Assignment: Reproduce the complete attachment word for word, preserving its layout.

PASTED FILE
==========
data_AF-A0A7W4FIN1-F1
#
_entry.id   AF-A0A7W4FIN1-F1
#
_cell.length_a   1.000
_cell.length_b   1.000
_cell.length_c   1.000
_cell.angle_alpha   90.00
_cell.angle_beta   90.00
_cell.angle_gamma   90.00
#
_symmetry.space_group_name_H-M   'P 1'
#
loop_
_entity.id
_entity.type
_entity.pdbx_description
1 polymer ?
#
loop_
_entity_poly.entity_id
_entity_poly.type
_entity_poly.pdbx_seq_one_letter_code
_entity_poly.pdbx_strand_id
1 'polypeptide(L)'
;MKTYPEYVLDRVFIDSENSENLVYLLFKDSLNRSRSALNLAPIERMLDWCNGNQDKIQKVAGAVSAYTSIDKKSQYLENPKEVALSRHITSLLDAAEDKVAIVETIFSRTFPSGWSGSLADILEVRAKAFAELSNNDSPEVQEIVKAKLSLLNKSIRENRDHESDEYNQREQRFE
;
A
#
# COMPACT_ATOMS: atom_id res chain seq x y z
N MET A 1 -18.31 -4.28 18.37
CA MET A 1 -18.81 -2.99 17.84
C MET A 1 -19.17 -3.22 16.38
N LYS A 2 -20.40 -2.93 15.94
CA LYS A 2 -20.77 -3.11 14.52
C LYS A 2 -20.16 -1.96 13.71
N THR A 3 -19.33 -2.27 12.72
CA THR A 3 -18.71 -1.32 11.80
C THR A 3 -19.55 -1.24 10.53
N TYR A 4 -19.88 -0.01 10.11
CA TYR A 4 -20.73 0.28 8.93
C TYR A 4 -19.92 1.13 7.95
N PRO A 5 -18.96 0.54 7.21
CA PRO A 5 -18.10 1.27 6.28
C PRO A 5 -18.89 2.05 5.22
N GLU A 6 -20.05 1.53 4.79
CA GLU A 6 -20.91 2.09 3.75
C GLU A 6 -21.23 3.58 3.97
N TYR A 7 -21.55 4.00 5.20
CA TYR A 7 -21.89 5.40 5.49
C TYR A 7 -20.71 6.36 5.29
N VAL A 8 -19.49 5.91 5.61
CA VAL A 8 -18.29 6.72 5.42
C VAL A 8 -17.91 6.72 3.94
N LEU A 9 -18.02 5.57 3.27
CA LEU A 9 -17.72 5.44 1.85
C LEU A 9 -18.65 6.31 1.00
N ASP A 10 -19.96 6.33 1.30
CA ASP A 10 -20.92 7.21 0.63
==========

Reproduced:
data_AF-A0A7W4FIN1-F1
#
_entry.id   AF-A0A7W4FIN1-F1
#
_cell.length_a   1.000
_cell.length_b   1.000
_cell.length_c   1.000
_cell.angle_alpha   90.00
_cell.angle_beta   90.00
_cell.angle_gamma   90.00
#
_symmetry.space_group_name_H-M   'P 1'
#
loop_
_entity.id
_entity.type
_entity.pdbx_description
1 polymer ?
#
loop_
_entity_poly.entity_id
_entity_poly.type
_entity_poly.pdbx_seq_one_letter_code
_entity_poly.pdbx_strand_id
1 'polypeptide(L)'
;MKTYPEYVLDRVFIDSENSENLVYLLFKDSLNRSRSALNLAPIERMLDWCNGNQDKIQKVAGAVSAYTSIDKKSQYLENPKEVALSRHITSLLDAAEDKVAIVETIFSRTFPSGWSGSLADILEVRAKAFAELSNNDSPEVQEIVKAKLSLLNKSIRENRDHESDEYNQREQRFE
;
A
#
# COMPACT_ATOMS: atom_id res chain seq x y z
N MET A 1 -18.31 -4.28 18.37
CA MET A 1 -18.81 -2.99 17.84
C MET A 1 -19.17 -3.22 16.38
N LYS A 2 -20.40 -2.93 15.94
CA LYS A 2 -20.77 -3.11 14.52
C LYS A 2 -20.16 -1.96 13.71
N THR A 3 -19.33 -2.27 12.72
CA THR A 3 -18.71 -1.32 11.80
C THR A 3 -19.55 -1.24 10.53
N TYR A 4 -19.88 -0.01 10.11
CA TYR A 4 -20.73 0.28 8.93
C TYR A 4 -19.92 1.13 7.95
N PRO A 5 -18.96 0.54 7.21
CA PRO A 5 -18.10 1.27 6.28
C PRO A 5 -18.89 2.05 5.22
N GLU A 6 -20.05 1.53 4.79
CA GLU A 6 -20.91 2.09 3.75
C GLU A 6 -21.23 3.58 3.97
N TYR A 7 -21.55 4.00 5.20
CA TYR A 7 -21.89 5.40 5.49
C TYR A 7 -20.71 6.36 5.29
N VAL A 8 -19.49 5.91 5.61
CA VAL A 8 -18.29 6.72 5.42
C VAL A 8 -17.91 6.72 3.94
N LEU A 9 -18.02 5.57 3.27
CA LEU A 9 -17.72 5.44 1.85
C LEU A 9 -18.65 6.31 1.00
N ASP A 10 -19.96 6.33 1.30
CA ASP A 10 -20.92 7.21 0.63